I repeatedly hear from people with information overload disorder. From news and information sites to blogs, social networks, tweeters, emails, and on and on, the blizzard of information has easily surpassed category 5 levels.
To understand how much content effluvia we’re subjected to, I wanted to see how many links are on the homepage of popular websites. For example, if I go to the homepage of the Huffington Post, I see 720 links, in one shot. Then click inside to a story and you’ve nearly doubled that number—it ads up pretty quickly. What about the tech blogs? BoingBoing Gadgets, 514. Gizmodo, 468. Engadget 432, all on one page. And on average, fewer than 1% of the links on news sites and blogs actually point to rich content, 99% are navigation and other article headlines. Aggregation site Techmeme has a whopping 1081 links.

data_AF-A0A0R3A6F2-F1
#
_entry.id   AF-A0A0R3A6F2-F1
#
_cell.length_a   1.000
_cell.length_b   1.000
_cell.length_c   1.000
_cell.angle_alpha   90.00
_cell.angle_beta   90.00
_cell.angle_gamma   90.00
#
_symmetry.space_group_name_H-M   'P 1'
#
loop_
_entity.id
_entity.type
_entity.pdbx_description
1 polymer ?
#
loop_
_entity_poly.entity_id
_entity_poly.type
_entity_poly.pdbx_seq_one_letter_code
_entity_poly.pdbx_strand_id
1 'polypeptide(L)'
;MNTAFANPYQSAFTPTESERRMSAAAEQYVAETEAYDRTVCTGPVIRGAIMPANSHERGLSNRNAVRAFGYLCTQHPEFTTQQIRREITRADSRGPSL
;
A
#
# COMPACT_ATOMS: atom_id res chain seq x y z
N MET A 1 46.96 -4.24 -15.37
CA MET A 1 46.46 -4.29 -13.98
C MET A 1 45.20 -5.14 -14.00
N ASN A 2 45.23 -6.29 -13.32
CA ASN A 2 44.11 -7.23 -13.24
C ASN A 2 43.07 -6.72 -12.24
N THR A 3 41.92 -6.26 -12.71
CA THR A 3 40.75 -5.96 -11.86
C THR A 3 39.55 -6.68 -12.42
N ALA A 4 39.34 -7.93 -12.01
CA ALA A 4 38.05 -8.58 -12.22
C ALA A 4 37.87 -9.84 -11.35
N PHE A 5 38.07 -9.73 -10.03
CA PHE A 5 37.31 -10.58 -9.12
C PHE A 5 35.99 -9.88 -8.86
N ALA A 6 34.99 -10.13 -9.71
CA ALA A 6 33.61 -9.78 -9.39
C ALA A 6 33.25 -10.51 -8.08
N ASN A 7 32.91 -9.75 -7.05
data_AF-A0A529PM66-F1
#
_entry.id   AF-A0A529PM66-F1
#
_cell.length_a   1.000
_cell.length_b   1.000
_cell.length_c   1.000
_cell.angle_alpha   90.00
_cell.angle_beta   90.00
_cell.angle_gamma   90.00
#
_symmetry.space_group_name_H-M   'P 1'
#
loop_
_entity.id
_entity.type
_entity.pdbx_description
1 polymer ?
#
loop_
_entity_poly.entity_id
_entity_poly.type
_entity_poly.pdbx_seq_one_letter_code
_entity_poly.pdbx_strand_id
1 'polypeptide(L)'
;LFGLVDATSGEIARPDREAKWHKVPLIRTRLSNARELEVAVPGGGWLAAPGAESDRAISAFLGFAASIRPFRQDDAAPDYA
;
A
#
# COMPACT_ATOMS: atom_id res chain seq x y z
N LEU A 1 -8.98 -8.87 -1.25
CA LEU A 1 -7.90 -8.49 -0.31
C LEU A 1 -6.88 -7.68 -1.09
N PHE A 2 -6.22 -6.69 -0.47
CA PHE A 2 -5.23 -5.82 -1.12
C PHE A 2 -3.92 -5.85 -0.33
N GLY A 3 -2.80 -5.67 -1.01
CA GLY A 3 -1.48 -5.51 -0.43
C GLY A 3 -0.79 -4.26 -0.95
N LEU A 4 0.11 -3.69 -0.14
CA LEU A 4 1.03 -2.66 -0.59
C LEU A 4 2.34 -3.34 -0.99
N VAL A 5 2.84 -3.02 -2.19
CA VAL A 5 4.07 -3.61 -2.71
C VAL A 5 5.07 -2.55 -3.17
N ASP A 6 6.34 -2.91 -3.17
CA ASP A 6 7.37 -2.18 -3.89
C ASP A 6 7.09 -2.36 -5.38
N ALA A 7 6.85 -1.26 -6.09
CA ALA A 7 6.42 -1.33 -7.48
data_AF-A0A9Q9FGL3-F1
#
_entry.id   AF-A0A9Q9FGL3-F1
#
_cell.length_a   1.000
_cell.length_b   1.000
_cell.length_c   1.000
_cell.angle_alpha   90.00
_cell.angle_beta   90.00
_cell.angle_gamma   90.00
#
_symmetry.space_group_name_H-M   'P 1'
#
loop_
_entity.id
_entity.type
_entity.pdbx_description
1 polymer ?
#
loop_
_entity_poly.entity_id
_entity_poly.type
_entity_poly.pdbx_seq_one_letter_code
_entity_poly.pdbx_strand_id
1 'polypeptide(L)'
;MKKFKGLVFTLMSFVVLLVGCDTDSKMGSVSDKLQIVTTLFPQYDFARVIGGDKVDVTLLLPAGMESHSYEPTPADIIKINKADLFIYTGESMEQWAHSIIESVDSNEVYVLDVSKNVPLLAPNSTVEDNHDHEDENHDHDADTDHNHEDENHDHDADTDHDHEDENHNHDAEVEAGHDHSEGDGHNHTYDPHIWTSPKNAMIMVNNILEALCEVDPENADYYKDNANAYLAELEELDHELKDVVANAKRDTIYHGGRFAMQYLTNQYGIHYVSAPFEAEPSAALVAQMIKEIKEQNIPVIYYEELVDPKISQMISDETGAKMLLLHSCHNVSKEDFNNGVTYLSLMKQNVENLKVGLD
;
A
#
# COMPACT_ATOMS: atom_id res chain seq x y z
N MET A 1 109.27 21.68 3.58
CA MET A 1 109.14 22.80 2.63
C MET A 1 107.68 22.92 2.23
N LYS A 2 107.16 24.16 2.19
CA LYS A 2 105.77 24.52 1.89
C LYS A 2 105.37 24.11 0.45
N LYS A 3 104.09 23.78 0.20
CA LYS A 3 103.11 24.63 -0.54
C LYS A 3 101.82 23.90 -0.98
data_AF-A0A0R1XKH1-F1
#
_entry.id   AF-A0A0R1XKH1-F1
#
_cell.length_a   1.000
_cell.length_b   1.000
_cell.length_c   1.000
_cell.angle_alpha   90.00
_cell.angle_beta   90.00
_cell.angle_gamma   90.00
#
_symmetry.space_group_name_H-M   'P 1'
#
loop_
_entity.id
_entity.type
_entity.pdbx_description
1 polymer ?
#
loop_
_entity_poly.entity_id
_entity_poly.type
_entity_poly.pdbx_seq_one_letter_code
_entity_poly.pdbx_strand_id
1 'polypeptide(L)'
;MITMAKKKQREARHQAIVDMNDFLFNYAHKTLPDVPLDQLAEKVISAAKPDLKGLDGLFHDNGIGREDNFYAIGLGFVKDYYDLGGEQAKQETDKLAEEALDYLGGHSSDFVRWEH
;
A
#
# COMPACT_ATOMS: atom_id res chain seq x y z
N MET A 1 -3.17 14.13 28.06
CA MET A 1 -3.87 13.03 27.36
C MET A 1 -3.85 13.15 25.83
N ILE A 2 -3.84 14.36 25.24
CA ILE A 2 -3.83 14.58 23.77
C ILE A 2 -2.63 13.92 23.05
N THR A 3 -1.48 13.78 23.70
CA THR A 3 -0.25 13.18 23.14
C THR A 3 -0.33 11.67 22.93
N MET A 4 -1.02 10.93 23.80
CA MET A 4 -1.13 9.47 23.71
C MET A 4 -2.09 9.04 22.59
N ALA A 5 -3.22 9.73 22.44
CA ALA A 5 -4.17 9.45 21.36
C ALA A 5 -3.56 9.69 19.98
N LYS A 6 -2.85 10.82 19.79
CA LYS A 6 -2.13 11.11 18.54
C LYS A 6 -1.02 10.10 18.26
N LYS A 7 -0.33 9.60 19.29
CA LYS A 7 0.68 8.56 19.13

This visualization takes 98 of the top websites, from different genres, and organizes them alphabetically, with varying circle sizes to represent the number of links on their respective homepage. That’s 36,128 total links from these 98 sites. You can easily see how a day spent online navigating your favorite news, blogs, and information sites, checking in with your Google Reader feeds, following a twitter stream of a couple of hundred people, and clicking on your email a few dozen times (likely an understatement for most of us) can expose you to well over 100,000 links in a single day.
Granted, we probably don’t see all these links, but they’re being pushed at us in the hopes that we do. And maybe this isn’t such a bad thing? The beauty of the internet is the ability to link. To thread through the content flow and create our own narrative. Or, is today’s internet akin to the wild west of the early days of newspapers, where there were 80 to 100 headlines on a single front page?